Bob Mankoff


“Give me a single panel cartoon any day.”

So said Bob Mankoff, this year’s keynote speaker Nov. 7 at the Mandel JCC Cleveland Jewish Book Festival, in response to being asked how his absurdist, pointillist illustrations in The New Yorker and other major publications stack up against other forms of humorous social commentary like “Saturday Night Live,” “The Daily Show” and the abundance of content found in cyberspace.

“What I do,” said Mankoff, “is short, to the point and while timely, has a greater ability to be timeless. A single panel cartoon needs to work hard to speak for itself and there is power in that.”

In 1974, Mankoff began creating original cartoons and submitting them to magazines around New York City. Three years later, he sold his first cartoon to The New Yorker and within three years after that, he became a regular contributor. In 1997, Mankoff was named the publication’s cartoon editor, a position he held until 2017 and after publishing more than 950 of his single panel cartoons.

At the age of 75, he serves as cartoon and humor editor at Esquire, has edited the massive two-volume “The New Yorker Encyclopedia of Cartoons,” published his New York Times bestselling memoir “How About Never – Is Never Good For You?” and, in his new book “Have I Got A Cartoon For You,” offers his favorite Jewish cartoons.

Last year, Mankoff launched, a website that will serve as the definitive archive and online store for cartoons. The site features the single-panel cartoons, comic strips and other forms of graphic humor of more than 70 celebrated cartoonists from famed sources, including The New Yorker, Esquire, Playboy Magazine and National Lampoon, with new material added each month.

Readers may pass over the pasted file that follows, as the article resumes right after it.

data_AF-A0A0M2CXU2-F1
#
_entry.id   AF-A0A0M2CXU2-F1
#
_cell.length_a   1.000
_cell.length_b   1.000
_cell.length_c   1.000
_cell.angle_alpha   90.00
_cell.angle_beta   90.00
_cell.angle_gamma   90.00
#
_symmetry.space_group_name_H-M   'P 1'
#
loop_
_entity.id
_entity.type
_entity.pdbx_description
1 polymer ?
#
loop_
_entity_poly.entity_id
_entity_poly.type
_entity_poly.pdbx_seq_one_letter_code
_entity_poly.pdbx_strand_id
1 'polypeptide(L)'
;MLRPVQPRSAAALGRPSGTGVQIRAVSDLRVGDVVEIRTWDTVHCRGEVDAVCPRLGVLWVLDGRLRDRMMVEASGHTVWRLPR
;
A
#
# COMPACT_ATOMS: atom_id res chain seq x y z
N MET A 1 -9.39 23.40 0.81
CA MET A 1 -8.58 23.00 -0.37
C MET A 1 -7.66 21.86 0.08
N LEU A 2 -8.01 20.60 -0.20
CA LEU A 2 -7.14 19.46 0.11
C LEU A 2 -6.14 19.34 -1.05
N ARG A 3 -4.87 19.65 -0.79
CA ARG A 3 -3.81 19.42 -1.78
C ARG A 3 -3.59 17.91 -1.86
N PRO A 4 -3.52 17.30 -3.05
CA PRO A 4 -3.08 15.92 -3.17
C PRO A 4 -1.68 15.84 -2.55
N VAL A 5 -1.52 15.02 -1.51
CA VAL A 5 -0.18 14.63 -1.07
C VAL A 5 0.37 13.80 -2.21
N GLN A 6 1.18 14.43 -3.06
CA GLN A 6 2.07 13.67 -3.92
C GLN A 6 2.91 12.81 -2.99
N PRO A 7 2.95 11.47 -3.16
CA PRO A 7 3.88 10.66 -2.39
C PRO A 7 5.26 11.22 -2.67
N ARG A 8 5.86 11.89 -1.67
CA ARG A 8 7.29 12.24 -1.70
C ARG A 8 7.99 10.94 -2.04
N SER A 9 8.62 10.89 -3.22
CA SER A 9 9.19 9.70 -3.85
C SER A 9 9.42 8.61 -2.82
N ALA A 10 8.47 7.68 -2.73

“There’s a Golden Age of cartooning happening right now in terms of available material,” said Mankoff, “but it is the Lead Age of making a living creating it. I wanted to create something that not only promoted the publications publishing these cartoons but financially benefited the cartoonists themselves.”

Mankoff will discuss how growing up Jewish in Queens, N.Y., in the 1950s and 1960s – from listening to the humorous cadence of his mother cursing in Yiddish, to being exposed to Jewish stand-up comedians at Brown’s Hotel and Grossinger’s in the Catskills, and finding the humor in the skepticism that is grounded in Jewish culture – helped him to develop his comedic sensibilities and became successful cartoonist. And, through a compilation of his favorite cartoons, he will also examine the place of cartoons in the long and vibrant history of Jewish humor.

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